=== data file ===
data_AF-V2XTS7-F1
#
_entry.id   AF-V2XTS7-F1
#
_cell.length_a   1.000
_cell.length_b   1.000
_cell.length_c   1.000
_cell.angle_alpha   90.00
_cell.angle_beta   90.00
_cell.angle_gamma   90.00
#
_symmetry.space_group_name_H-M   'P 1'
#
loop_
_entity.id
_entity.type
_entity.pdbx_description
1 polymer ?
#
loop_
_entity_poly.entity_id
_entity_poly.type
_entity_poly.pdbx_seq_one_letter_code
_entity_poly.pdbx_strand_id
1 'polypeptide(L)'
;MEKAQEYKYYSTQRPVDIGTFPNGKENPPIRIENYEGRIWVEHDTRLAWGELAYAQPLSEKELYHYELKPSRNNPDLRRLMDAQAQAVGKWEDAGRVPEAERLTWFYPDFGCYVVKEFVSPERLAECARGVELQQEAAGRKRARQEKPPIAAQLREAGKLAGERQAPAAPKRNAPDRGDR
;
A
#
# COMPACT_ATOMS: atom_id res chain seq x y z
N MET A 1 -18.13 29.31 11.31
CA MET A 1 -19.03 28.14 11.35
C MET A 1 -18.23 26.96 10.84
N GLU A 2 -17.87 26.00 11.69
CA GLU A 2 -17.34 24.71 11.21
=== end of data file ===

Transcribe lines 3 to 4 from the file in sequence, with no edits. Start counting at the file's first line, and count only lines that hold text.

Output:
_entry.id   AF-V2XTS7-F1
#